Remember, your actions may have important legal consequences, so make sure you understand them before you proceed. You should certainly seek out the services of a competent and experienced attorney to review this matter with you carefully, to perhaps challenge the ticket based upon the lack of proper service if it is questionable, all while avoiding waiving service or appearing generally, and all that to avoid unnecessarily being held responsible.

    In Liberty,

    -- Michael Kielsky
    Counselor & Attorney at Law
    Kielsky Rike PLLC
    Tempe, AZ 85282
    #lawballs

    Legal Notice & Disclaimer: http://KRazLaw.com/disclaimer

    See question 
  • Destroying Juvenile Record. Will I have to go to court?

    I was arrested for shoplifting 8 years ago, I am now 21 and applying to get my certificate to be a Certified Nursing Assistant. I needed to get the police report and court documents. I am just waiting on the court documents now. I also am going to...

    Michael’s Answer

    You might send something like this to the court, listing your name, any case number, complaint number, or police report number, and edit as appropriate:

    ========

    Pursuant to A.R.S. § 8-349(B), Defendant hereby applies for the destruction of juvenile records, including Arizona Department of Juvenile Corrections records, if any, as well as Sometown Police Department Complaint # 123456789 and related records or reports which may have been created or maintained by the Sometown Police Department.

    Defendant meets each of the conditions required for the relief requested:

    - Defendant is at least 18 years of age; and
    - Defendant has not been convicted of a felony offense (in an adult court) or adjudicated delinquent (in juvenile court) for an offense listed in A.R.S. 13-501 subsection A or B or Title 28 Chapter 4; and
    - No criminal charge is pending against Defendant in an adult court; and
    - Defendant has successfully completed all of the conditions of court-ordered probation, OR has received an absolute discharge from the Arizona Department of Juvenile Corrections pursuant to A.R.S. § 41-2820 on successful completion of Defendant’s individualized treatment plan; and
    - All restitution and monetary assessments, if any, have been paid in full

    ========

    Add your signature and contact information, and mail it to the court that handled your case out the outset.

    Good luck!

    In Liberty,

    -- Michael Kielsky
    Counselor & Attorney at Law
    Kielsky Rike PLLC
    Tempe, AZ 85282
    #lawballs

    Legal Notice & Disclaimer: http://KRazLaw.com/disclaimer

    See question 
  • In Arizona, a civil traffic ticket is a complaint and an accompanying summons must be served on you. Is this true.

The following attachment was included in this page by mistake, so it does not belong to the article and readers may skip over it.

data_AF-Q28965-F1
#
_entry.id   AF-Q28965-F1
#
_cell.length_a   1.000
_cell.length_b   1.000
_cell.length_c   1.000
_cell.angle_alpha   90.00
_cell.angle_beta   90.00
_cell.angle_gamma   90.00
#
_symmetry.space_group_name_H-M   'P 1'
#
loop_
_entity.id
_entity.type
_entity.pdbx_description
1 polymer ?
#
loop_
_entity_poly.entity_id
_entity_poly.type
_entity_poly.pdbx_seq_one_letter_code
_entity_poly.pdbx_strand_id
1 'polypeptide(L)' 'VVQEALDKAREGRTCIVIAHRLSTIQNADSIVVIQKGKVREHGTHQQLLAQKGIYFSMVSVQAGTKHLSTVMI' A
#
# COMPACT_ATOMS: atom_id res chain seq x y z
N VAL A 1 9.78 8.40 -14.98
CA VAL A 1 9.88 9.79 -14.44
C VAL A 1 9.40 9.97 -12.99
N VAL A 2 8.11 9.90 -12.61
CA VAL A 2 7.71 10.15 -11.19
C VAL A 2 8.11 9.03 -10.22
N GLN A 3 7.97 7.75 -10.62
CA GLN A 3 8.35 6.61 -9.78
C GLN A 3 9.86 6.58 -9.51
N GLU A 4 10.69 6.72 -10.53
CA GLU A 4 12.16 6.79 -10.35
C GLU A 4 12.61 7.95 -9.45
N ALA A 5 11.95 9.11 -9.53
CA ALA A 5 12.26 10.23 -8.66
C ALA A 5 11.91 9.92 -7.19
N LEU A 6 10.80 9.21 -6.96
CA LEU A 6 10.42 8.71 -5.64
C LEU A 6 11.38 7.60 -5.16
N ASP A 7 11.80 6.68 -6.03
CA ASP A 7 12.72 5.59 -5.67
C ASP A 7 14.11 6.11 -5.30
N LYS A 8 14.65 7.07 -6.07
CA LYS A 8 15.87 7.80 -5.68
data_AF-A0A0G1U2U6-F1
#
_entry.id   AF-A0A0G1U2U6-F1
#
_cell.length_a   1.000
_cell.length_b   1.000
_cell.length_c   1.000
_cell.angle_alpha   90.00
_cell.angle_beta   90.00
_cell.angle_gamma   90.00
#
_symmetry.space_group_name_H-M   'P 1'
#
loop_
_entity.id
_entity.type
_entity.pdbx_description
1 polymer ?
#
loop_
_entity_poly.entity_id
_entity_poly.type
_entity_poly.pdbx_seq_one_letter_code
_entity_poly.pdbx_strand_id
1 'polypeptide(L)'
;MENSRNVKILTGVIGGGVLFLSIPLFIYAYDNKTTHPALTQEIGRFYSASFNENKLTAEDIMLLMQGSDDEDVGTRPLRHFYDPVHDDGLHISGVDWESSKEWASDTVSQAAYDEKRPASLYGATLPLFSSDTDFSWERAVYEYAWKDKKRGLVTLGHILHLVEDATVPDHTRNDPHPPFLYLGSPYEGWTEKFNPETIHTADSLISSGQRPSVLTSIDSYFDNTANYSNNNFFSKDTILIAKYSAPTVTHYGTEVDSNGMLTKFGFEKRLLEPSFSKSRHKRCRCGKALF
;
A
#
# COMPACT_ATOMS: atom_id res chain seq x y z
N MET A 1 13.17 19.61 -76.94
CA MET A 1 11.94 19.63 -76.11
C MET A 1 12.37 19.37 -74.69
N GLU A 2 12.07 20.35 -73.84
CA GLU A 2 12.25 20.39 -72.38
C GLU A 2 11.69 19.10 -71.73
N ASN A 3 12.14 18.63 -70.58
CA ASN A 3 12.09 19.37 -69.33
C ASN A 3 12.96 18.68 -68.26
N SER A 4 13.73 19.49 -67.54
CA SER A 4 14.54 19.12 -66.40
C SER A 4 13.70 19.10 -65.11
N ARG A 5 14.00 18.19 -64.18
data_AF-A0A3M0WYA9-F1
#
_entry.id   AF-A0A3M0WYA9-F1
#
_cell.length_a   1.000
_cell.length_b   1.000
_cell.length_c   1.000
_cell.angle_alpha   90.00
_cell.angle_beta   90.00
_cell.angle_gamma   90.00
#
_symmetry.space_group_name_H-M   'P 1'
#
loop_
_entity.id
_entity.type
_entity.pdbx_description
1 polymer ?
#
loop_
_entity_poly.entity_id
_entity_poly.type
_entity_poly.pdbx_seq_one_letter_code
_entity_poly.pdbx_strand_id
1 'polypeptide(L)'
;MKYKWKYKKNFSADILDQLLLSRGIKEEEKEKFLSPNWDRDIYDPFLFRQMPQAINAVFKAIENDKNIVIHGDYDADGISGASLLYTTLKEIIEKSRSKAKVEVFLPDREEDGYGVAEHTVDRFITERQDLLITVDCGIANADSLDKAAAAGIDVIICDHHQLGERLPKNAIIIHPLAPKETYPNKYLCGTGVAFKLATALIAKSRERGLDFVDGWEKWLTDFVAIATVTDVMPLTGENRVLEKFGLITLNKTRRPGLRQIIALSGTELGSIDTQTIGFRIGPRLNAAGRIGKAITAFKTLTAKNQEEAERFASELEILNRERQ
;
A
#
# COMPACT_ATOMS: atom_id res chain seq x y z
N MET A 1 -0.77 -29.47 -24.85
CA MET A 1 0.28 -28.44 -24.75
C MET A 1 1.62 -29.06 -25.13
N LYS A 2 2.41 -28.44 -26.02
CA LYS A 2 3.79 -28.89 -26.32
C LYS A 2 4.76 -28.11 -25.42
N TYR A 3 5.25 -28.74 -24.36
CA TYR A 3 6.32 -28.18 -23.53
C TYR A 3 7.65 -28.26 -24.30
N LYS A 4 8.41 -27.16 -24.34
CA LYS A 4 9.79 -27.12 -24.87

I received 2 photo summons from alternative Service-the return address was from a company "AAA Photo Safety" What if they are not opened--appeared a junk mail. I don't know who AAA Photo Safety is? Nothing that says its from Scottsdale Police at ...

    Michael’s Answer

    First, there will be no arrest warrant for a civil traffic photo ticket that is ignored. They may enter a default, and suspend your license, and THAT may result in criminal charges for driving on a suspended license, but there is no arrest warrant for ignoring the ticket.

    In Arizona, until you are properly served, the court cannot legally do anything. Personal service is effective if the defendant is personally served (that means, the process server says words to the effect that the documents are important legal documents, and they are offered to the defendant, and then left for the defendant). Personal service (on a substitute) is also effective, if it is at the defendant's residence, and the individual who is served is a co-resident, of suitable age and discretion. Residence, not mail box place.

    It is not necessary that the person being served accept the papers, that the process server offered them and then left them for the person served when they refused to take them is usually enough.

    If the service is at the residence of the defendant, and the person encountered by the process server is of suitable age (14 or older, usually) and discretion (not incompetent), then this would constitute substitute service, and it is valid, as long as the person is also a co-resident at that residence.

    A worker (landscape maintenance, domestic, service and repair, etc.) who is not a co-resident is not a proper substitute for accepting service. A visiting family member who does not live there (even if they are an overnight guest), is not a proper substitute for accepting service.

    Importantly, the rules state that service at THE HOME of the defendant, upon a person who LIVES WITH the defendant, is proper, if that person is OF SUITABLE AGE AND DISCRETION.

    If the ticket was issued by Scottsdale, they may obtain an order from the court permitting alternative service, mailing it and taping it to the mail address door. That counts as proper service, ignoring it is a mistake.

    The real tricky part of this is that, even if you are not properly served, but the court is told you were, then a default could be entered against you, your license could be suspended, and more, if you don't take action.

    When challenging sufficiency of service, one must be very careful to only challenge the service, as raising any other issue could be deemed by the court as waiving service and accepting personal jurisdiction.